Kids need 60 minutes of physical activity every day. Make exercise a family outing. Go on walks, hikes, or bike rides together. Eat together. Studies showed that children who shared three or more family meals a week were 20% less likely to eat unhealthy foods and 12% less likely to be overweight. Dieting isn’t the answer when it comes to weight loss for kids. Learn to avoid crash diets and unhealthy habits when your doctor suggests safe weight loss. One study found that children were much more likely to lose weight when their parents also slimmed down. (http://www.webmd.com/parenting/raising-fit-kids/weight/safe-weight-loss?page=1)

Based on the present literature, unless the overall volume of aerobic exercise training is very high, clinically significant weight loss is unlikely to occur. Also, exercise training also has an important role in weight regain after initial weight loss. Overall, aerobic exercise training programs consistent with public health recommendations may promote up to modest weight loss (~2 kg), however the weight loss on an individual level is highly heterogeneous. Clinicians should educate their patients on reasonable expectations of weight loss based on their physical activity program and emphasize that numerous health benefits occur from physical activity programs in the absence of weight loss. (http://www.onlinepcd.com/article/S0033-0620(13)00165-5/abstract?cc=y=)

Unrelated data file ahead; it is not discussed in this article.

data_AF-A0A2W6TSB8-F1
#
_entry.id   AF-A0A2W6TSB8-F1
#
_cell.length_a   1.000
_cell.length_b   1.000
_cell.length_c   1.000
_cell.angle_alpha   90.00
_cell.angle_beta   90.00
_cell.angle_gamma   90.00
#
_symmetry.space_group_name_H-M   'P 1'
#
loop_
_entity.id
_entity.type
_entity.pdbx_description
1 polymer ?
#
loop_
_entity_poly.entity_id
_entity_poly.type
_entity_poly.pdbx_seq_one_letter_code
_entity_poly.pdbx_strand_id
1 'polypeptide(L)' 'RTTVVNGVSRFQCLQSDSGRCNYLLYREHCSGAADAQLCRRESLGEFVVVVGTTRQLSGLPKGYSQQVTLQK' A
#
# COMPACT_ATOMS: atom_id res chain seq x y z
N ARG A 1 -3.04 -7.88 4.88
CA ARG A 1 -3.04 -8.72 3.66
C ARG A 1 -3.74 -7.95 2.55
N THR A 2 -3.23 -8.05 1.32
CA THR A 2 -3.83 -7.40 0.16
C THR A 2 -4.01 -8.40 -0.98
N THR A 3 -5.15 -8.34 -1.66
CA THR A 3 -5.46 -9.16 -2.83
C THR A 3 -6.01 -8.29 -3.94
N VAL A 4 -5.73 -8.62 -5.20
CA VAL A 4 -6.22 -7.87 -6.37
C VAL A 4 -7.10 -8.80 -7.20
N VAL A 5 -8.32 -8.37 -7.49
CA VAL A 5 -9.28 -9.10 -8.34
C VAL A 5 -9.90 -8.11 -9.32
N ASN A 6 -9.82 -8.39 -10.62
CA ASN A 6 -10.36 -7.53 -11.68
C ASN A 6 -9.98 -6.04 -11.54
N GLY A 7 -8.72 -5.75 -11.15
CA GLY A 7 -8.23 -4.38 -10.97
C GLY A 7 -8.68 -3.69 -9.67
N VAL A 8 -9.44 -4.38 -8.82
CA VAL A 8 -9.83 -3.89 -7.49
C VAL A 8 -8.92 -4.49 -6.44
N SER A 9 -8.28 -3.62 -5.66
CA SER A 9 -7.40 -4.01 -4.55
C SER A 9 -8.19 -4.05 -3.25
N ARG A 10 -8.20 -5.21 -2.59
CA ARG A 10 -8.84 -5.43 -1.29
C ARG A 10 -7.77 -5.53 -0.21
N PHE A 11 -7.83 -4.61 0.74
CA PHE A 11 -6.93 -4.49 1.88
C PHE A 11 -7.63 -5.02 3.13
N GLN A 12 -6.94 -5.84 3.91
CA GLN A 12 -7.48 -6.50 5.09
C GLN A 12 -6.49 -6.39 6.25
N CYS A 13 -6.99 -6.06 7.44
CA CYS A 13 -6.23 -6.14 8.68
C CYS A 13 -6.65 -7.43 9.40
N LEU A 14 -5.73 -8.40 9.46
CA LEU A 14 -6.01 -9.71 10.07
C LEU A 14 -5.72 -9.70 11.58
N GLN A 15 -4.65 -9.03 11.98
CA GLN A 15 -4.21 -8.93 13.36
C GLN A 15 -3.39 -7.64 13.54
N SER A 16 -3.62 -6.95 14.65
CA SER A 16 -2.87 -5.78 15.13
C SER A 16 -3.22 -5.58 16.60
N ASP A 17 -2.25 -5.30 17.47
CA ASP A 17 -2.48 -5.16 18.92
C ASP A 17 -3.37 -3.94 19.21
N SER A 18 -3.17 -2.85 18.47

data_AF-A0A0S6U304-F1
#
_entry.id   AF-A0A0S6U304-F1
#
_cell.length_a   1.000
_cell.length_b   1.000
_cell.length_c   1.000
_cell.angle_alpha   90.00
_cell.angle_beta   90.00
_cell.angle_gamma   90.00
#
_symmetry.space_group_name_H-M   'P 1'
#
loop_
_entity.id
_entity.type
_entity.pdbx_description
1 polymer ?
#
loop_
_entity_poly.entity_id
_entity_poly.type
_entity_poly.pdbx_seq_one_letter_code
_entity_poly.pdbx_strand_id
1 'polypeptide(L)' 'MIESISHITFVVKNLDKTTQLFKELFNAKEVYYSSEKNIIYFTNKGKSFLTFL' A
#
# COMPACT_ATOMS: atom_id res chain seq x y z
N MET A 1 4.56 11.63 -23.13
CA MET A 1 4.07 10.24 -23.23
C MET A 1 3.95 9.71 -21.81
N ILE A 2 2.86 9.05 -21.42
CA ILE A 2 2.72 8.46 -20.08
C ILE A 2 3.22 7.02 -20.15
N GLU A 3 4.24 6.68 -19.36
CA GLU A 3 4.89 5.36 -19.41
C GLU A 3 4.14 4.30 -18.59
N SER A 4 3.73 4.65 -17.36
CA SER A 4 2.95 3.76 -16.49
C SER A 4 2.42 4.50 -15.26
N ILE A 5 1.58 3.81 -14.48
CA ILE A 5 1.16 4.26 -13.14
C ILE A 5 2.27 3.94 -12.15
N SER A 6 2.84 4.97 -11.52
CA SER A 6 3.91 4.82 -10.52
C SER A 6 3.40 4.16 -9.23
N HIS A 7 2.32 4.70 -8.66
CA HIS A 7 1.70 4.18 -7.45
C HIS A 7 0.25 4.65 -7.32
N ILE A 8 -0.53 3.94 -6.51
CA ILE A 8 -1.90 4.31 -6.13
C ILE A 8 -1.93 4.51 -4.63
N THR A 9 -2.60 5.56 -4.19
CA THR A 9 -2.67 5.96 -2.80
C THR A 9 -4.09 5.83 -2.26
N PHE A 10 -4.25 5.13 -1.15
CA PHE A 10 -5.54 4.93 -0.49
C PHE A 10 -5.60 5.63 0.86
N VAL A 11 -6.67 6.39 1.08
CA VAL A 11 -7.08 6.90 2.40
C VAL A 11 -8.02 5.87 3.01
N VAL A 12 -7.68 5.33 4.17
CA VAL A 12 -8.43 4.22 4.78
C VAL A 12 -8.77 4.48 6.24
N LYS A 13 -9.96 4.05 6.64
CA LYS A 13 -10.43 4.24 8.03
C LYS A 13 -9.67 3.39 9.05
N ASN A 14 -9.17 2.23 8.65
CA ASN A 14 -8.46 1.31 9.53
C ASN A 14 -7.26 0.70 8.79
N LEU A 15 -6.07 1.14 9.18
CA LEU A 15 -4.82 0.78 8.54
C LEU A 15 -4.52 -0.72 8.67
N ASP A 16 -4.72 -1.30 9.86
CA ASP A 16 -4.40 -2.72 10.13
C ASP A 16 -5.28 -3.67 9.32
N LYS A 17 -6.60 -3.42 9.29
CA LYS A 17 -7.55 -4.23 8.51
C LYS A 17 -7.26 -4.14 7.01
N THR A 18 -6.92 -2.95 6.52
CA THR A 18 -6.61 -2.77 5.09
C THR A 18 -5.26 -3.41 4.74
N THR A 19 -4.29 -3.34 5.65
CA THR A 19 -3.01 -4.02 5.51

In terms of maintaining a desirable weight, evidence is beginning to accumulate that dietary intake may be more important than energy expenditure level. Decreased physical activity may not be the primary driver of the obesity epidemic. Weight loss is not likely to happen without dietary restraint. (http://www.nbcnews.com/id/28524942/ns/health-diet_and_nutrition/t/diet-not-exercise-plays-key-role-weight-loss/#.V87iP4WcGM8)

Exercise has a big upside for health but that doesn’t seem to necessarily apply to weight loss. While exercise is beneficial for numerous reasons, it's not the best way to lose weight. When it comes to reaching a healthy weight, what you don’t eat is much more important than an excessive emphasis on exercise (e.g., 30 minutes of jogging or swimming laps might burn off 350 calories or you could achieve the same calorie reduction by eliminating two 16-ounce sodas each day. (http://www.nytimes.com/2015/06/16/upshot/to-lose-weight-eating-less-is-far-more-important-than-exercising-more.html?_r=0)

Exercise alone does not seem to produce weight loss. Although aerobic training does burn calories, it is nowhere near as effective for weight loss as simply eating fewer calories. It takes a solid 30 minutes of running on a treadmill to burn 300 calories, whereas it takes you less than 30 seconds to eat a 300 calorie chocolate bar. (http://graemethomasonline.com/the-role-of-exercise-in-weight-loss-part-2/)

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